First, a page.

Seventy-two per cent of women from middle-to-upper classes,according to Sandhya’s research,reported mild to severe depression. “Our cultures have a feudal legacy,in which women are considered upholders of family name and honour,so they are more susceptible to being shamed. Fewer supports are available to them for the usual human frailties,” says analyst and psychotherapist Dr Madhu Sarin.

Married women and single mothers have it the worst. The stress levels are different for the young and unattached. Ask Mumbai-based Devita Saraf,30,CEO of Vu Technologies,single and financially secure. She runs two businesses,one in India,one abroad. She feels stressed alright but says it is could be a by-product of long working hours. “If I am physically and mentally in one place and I can focus,I am seldom stressed.”

Career is a common stress factor in everyone’s lives. But 36-year-old Alaknanda Dayal,director,food supplies,government of India,who is also a mother of two,says that her family and husband help her fight the stress that results from professional demands. “I feel less stressed when my husband is around as there is someone to fall back on,” she says.

Not many share her views. Family support,the traditional cornerstone of most Indians,doesn’t seem to be holding up for most women. “Sadly,today the biggest stressor in our country is the family. The intentions are good,but the demands made by the family and other social sub-systems are extremely difficult to accommodate in our punishing schedules,” says Nagaswami.

Sarin says it is important to factor in caste,class and age group of the women surveyed. The Nielsen survey did not include women labourers who toil in the heat and dust to earn minimum daily wages (less for women compared to men) without any recourse to primary health care.

Their stress cannot be compared with that of actor,model,and entertainment host Simone Singh,who is beautiful,privileged and lives in a pretty home in south Mumbai. Singh agrees. “On the face of it,my life has no real stressors that emanate from environmental conditions. I have a fairly easy-going family life. But over the years,I have realised I am a part of the same stress syndrome,” says the 37-year-old. “I learnt to recognise that I was stressed through illness. I am a worry wart too,” she says.

The stress hormone is positively disposed towards women as numerous studies across the world reveal. “Essentially,men use a process that is stress-distracting and women use a process that’s stress-absorbent. Men deflect whatever causes stress,whereas women internalise stress and get into the victim trap or the martyr role. Neither is healthy,” says Nagaswami.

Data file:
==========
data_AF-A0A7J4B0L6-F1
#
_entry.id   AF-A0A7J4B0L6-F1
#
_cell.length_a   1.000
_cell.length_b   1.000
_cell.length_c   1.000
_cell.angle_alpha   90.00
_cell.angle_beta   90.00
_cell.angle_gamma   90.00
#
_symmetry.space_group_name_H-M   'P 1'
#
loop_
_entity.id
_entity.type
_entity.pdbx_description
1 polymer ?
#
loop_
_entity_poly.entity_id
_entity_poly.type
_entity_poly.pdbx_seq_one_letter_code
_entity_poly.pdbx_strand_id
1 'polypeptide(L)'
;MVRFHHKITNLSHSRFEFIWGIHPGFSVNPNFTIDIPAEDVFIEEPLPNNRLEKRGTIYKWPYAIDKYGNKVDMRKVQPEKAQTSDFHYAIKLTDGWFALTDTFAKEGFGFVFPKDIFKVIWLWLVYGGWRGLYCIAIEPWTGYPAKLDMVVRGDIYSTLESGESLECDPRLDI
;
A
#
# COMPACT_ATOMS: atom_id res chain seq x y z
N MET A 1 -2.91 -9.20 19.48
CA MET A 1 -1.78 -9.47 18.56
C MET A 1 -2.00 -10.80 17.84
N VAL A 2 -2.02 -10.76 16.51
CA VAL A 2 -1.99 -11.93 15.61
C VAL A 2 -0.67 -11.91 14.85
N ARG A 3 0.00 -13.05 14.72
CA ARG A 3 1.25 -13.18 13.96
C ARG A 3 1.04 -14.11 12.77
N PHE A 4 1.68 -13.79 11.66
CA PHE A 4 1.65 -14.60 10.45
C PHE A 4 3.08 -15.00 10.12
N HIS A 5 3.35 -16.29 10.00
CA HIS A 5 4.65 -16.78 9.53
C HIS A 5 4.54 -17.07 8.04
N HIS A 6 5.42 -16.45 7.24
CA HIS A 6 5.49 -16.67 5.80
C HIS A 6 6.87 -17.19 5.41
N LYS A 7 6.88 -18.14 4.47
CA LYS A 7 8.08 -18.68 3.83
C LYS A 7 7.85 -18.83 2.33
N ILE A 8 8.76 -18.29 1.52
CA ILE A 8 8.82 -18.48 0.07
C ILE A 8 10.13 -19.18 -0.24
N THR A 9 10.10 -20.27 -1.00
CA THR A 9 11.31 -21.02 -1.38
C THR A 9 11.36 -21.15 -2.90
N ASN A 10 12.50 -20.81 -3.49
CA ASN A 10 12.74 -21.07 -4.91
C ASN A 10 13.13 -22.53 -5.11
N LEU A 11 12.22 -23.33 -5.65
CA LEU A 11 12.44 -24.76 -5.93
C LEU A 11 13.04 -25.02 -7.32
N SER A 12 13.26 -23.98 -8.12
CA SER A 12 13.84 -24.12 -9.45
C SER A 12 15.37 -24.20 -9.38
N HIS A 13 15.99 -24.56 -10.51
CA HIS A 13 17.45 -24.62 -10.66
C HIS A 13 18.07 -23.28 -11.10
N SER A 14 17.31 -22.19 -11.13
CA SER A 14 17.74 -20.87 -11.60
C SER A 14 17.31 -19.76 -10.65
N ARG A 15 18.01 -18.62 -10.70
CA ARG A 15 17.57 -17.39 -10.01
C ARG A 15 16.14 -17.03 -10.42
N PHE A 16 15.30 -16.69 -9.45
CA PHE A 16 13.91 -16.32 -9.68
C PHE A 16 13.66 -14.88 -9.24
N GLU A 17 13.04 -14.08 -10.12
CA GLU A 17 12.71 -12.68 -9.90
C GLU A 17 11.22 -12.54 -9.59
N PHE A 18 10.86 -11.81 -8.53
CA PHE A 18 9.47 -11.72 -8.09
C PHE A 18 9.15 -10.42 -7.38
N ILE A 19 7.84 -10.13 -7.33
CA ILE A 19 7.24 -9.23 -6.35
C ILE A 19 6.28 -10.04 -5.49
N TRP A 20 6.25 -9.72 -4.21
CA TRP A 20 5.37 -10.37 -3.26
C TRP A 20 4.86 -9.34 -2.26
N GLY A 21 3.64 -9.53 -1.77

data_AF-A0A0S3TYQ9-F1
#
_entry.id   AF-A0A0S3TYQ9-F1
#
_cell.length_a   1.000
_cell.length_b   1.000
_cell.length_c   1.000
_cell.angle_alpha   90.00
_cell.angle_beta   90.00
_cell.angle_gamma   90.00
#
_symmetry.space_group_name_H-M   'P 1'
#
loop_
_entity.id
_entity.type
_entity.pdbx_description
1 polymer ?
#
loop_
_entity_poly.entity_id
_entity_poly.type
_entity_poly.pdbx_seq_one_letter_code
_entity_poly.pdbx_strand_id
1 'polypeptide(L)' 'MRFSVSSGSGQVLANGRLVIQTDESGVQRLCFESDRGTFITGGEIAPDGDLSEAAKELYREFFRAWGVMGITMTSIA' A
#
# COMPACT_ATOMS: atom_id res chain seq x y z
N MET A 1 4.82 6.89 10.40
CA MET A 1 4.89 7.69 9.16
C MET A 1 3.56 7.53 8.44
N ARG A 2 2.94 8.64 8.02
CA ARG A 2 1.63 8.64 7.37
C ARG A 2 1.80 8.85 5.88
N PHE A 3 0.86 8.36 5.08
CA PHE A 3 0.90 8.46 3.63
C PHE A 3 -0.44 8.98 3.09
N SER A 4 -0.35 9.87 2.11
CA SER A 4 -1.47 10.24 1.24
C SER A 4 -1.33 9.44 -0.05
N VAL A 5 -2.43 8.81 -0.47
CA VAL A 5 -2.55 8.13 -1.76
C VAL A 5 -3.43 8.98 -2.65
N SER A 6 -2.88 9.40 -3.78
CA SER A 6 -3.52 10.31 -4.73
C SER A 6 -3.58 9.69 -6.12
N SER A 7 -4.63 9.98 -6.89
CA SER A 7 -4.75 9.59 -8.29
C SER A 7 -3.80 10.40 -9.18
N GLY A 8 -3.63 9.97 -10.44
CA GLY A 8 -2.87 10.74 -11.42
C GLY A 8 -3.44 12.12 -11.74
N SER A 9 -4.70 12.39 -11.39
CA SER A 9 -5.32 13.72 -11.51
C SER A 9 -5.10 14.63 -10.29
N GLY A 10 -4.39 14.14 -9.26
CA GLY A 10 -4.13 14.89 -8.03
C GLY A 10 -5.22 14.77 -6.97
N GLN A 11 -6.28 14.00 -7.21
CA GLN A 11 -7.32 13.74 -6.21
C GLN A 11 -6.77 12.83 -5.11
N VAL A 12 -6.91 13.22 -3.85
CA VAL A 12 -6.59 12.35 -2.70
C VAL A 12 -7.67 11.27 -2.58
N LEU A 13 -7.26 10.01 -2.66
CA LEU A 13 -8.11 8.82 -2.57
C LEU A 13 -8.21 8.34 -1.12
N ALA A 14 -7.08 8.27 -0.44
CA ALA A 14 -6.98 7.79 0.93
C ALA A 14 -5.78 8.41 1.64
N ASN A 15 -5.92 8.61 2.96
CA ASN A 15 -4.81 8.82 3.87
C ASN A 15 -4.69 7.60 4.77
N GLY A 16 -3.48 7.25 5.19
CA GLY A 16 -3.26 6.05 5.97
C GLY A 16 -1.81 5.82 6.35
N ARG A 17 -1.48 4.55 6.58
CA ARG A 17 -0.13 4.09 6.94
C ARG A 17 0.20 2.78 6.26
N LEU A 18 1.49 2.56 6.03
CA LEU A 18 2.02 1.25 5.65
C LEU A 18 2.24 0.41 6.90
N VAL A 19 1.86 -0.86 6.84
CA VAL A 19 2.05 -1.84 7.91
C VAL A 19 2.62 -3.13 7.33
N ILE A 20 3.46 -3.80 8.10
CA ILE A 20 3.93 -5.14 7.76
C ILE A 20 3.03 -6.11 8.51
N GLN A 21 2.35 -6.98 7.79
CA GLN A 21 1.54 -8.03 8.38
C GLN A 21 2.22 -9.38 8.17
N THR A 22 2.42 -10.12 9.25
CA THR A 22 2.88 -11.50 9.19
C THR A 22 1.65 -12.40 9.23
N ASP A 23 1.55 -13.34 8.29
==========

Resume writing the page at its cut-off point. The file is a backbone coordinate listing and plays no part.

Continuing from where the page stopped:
But as the findings of the survey point out,if there is a stress hormone,there is also the shopping gene. “Women feel empowered to reach their goals and get what they want,but at the same time,this level of empowerment results in added stress,” said Susan Whiting,co-chair of Nielsen. “Companies marketing to women should consider highlighting ways their products can ease stress and provide convenience.”

In India,that seems to be happening quite well. Working women spending on brands,beauty and grooming products and vacations is common. Advertising of consumer goods in India feeds on all the contradictions of being a modern Indian woman: the stress and the shopping,the need for marriage,power and beauty. If Tanishq hardsells its bridal jewellery,it equally pushes the 9-to-5 range of 22-carat work-wear accessories. Aishwarya Rai Bachchan sells you L’Oreal Hair Colour “because you are worth it”. Optimism is led by women — be it in green tea bags or Hermes Birkins. “If the consumer economy had a sex,it would be female,” wrote American author Bridget Brennan in her book Why She Buys,adding that marketing executives should learn to become female-literate.

That the most stressed women are also those who splurge the most on retail therapy is not a riddle for anyone. “Women are so devalued in our culture that by focusing on themselves,they try to add value. In their own inner private lives,they need to look out,and look after themselves,” says Sarin. But as Nagaswami says,“There is a difference between ‘treating’ yourself when you’re down in the dumps and shopaholic behaviour. And while there’s nothing wrong with occasional retail therapy,if this becomes the only stress-buster in a person’s life,then the slope has become far too slippery,” he adds.

Women of Tomorrow understand this too well. Not one of them — happy shoppers like Saraf or Misra; spa addicts like Mohun; glamorous women like Singh — believes that spending on clothes or cosmetics helps bust stress in the long run. “A luscious lip gloss is a temporary fix it but that’s it,” says Singh firmly. She relies instead on relaxation techniques and books to beat stress. Each woman has her own recipe but optimism is a common and key ingredient.

Misra’s comment comes from experience. “We will do ourselves a big service if we shift our attitudes from ‘maximising’ everything to ‘good enough’. The chase of the perfect is not worth it,” she says.

Indian women,say experts,have nerves of steel. In the words of Sandhya,“I believe the strength of Indian women,which is in essence their resilience,exists not because of cultural elements but despite them.” Let’s raise a toast to that.